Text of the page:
The U.S. Army Field Band offers musical mentorship to Reserve bandsmen

By Staff Sgt. Nicole Dykstra
99th Regional Support Command Public Affairs

News story photo
JOINT BASE MCGUIRE-DIX-LAKEHURST, N.J. -- It was the mantra of the day during a musical mentoring session held at the Maj. John P. Pryor Army Reserve Center Aug. 11 as part of the 99th Regional Support Command’s five-day training exercise, “Operation Checkerboard.”

Soldiers of five Army Reserve Bands were given the opportunity to learn from the premier touring musical representative for the United States Army, The U.S. Army Field Band, an elite, active-duty organization from Fort Meade, Md.

Eight Field Band members were on hand to offer their experiences, techniques and advice to the Reserve musicians in one-on-one and small-group sessions, the first such opportunity of its kind.
“The musicians from the Army Field Band, one of the special bands, have credibility " people really listen to them,” said Warrant Officer Eric Flowers, commander of the 78th Army Band from Joint Base McGuire-Dix-Lakehurst. “They provide a fresh perspective and have the experience to back up what they say.”

The goal of the music clinic was to improve daily routines, focus on good practice habits and remember the fundamentals of playing, said Master Sgt. Daniel Sherlock, tuba section leader of the Field Band. The Reserve musicians were divided into groups based on their instrument class or by ensemble, while the Field Band musicians listened to and critiqued their performances. Some time was devoted to not only the technical aspects of playing, but also the entertainment aspect of performing, he said.

Sherlock stressed that while the overall guidance may not be revolutionary, it can be beneficial to hear it communicated in a new way and from a new person.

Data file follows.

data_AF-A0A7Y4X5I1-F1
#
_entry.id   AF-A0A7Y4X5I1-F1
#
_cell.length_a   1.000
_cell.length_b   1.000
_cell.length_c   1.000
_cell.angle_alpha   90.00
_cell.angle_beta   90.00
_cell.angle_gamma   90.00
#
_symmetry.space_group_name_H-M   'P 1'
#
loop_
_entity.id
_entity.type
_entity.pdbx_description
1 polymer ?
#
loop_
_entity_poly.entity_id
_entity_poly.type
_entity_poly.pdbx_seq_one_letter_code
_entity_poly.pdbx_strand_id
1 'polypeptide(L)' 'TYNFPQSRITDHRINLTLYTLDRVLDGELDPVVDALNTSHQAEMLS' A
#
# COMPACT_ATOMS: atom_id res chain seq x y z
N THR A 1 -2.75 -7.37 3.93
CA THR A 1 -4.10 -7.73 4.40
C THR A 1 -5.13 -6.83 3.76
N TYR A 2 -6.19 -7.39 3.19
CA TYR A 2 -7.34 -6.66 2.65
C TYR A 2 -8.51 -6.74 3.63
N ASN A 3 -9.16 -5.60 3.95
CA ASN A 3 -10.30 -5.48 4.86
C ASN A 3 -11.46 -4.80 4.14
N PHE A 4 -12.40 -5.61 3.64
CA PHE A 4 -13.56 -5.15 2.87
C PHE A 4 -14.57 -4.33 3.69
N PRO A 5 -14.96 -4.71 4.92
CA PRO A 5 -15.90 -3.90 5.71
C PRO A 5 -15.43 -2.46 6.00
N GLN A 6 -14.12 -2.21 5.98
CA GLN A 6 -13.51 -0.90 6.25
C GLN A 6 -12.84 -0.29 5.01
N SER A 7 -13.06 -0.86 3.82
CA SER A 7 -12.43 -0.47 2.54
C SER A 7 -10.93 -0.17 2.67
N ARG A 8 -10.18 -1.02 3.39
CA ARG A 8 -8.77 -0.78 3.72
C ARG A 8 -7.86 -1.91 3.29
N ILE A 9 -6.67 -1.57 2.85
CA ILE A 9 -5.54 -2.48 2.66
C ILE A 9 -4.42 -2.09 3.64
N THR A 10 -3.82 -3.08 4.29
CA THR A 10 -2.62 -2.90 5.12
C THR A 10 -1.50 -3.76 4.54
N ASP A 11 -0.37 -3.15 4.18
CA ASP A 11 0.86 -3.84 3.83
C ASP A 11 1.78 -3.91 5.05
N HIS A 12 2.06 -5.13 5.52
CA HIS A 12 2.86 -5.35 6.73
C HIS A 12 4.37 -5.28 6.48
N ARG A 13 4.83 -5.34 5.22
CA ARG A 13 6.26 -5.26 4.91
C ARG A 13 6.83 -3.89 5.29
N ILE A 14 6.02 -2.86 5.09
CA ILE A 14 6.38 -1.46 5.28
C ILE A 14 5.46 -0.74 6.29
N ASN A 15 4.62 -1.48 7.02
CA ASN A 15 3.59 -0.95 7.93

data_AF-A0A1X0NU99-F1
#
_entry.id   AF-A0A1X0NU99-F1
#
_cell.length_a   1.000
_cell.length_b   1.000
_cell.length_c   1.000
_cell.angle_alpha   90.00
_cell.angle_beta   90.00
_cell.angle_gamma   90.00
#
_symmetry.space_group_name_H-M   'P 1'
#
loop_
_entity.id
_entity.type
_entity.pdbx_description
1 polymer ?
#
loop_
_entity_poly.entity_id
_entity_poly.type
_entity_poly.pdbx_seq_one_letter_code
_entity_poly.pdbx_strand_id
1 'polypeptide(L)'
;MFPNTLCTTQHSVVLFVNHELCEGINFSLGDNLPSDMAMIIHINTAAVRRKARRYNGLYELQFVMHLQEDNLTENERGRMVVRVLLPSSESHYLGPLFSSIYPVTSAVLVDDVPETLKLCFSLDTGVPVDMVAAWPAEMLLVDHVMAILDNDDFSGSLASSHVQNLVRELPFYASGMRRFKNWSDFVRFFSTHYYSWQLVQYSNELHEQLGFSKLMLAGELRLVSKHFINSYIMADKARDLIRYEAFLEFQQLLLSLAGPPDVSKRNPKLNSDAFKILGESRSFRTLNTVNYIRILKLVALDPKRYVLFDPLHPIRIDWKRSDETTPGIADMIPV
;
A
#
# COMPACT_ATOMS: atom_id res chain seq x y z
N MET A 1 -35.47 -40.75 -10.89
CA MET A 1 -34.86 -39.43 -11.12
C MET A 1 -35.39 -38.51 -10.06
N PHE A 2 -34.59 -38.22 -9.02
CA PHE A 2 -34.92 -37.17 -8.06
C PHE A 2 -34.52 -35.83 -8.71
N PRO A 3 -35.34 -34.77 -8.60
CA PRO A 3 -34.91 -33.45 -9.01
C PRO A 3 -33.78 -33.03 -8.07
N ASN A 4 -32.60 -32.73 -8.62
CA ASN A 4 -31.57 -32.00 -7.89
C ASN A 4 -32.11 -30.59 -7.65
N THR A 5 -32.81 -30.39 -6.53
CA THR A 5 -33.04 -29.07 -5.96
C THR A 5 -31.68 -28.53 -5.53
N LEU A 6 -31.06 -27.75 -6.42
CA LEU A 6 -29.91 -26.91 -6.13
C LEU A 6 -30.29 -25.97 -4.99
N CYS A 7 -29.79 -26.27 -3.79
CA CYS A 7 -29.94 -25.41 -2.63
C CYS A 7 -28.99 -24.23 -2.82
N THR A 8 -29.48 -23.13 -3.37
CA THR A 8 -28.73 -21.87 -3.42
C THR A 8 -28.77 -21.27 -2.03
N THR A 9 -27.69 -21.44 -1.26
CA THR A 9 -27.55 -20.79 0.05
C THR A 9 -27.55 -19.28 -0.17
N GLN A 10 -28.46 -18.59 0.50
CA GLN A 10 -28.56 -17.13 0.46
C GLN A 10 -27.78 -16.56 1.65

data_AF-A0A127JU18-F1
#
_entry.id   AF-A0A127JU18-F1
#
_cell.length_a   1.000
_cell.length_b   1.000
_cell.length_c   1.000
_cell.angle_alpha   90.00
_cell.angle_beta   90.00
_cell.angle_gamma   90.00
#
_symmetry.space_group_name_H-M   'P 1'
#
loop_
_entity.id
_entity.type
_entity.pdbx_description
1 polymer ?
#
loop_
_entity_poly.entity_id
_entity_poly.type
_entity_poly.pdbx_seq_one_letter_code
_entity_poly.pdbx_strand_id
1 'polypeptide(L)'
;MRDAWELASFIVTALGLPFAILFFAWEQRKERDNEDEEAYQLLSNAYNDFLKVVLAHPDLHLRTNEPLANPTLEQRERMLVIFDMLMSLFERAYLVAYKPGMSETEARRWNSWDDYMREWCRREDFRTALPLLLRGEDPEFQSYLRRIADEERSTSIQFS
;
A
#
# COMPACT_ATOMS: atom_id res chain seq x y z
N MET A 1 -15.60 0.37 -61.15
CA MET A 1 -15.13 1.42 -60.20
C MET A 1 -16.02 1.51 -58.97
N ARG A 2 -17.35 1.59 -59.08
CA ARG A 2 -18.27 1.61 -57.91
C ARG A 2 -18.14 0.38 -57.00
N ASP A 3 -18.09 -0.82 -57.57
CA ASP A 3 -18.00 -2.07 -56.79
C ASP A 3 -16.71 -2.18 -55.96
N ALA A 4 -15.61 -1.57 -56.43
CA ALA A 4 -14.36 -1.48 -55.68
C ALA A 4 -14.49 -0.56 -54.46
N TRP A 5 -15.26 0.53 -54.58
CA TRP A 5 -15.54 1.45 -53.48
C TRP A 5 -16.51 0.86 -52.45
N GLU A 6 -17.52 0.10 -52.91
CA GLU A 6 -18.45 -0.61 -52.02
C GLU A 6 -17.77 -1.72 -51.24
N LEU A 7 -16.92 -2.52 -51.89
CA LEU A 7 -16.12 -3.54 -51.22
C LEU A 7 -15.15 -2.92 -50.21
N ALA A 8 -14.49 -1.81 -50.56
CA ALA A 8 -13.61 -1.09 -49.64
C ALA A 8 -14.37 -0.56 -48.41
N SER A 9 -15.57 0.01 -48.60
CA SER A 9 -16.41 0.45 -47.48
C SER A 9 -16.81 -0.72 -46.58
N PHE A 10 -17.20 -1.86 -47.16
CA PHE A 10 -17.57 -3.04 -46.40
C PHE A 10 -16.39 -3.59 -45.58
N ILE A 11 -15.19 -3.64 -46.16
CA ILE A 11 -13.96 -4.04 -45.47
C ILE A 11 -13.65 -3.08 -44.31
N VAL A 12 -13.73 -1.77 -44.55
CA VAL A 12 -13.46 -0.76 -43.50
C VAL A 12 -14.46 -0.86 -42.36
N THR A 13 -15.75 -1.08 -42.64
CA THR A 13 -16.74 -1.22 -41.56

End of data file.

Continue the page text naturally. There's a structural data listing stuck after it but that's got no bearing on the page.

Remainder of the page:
“All of my private instructors have insisted that I also learn with others,” he said. “They may be providing the same information, but it is said differently each time. You can never have too many teachers.”

The Field Band members also stressed breathing techniques, the element many Reserve band members found to be the most beneficial part of the training.

“For me, learning tips on proper breathing from the Field Band musicians was great, because it’s something you can sometimes forget about,” said Spc. Chris Hatcher, a tuba player in the 319th Army Band from Fort Totten, N.Y. “The tuba is a big instrument that requires a large air supply to play.”
Another focus was reflecting on what it means to be an Army musician, and remembering what the ultimate goal of an Army Band is: to provide music throughout the spectrum of military operations to instill in U.S. forces the will to fight and win, foster the support of the nation’s citizens, and promote national interests at home and abroad.

“They got me to really think about what I am doing and how I am doing it,” said Sgt. Jon Hale, a tuba player in the 94th Army Band from East Windsor, Conn. “You can’t just be a robot producing sound through a tuba. Creating music is just as much mental and emotional as it is physically making sound.”

While this was the mentorship opportunity between the Field Band and Reserve bands, Sherlock sees the value in exchanging ideas, techniques and styles and hopes it will continue.

“We have high quality musicians in the Army Reserve bands,” Sherlock said. “They are well-trained and have been eager to learn from our experiences. We are all musical ambassadors for the Army; it’s important that we share our knowledge with each other.”

Since its formation in March 1946, the Field Band has appeared in all 50 states and in more than 30 countries on four continents. The organization's four performing components " the Concert Band, the Soldiers’ Chorus, the Jazz Ambassadors, and The Volunteers " each travel over 100 days annually.

Tours include formal public concerts, school assemblies, educational outreach programs, festivals, and radio and television appearances.

The 78th, 94th, 198th, 319th and 380th Army Bands are a part of the 99th Regional Support Command. The 99th RSC acts as a “virtual installation” that provides world-class Base Operations support to over 50,000 Army Reserve Soldiers, 400 units and 300 facilities for the entire Northeast Region from Maine to Virginia for the Army Reserve in order to give our Warrior-Citizens and their Families the finest care, support, services and training.

Back to News Home

Shoulder Sleeve Insignia

Distinctive Unit Insignia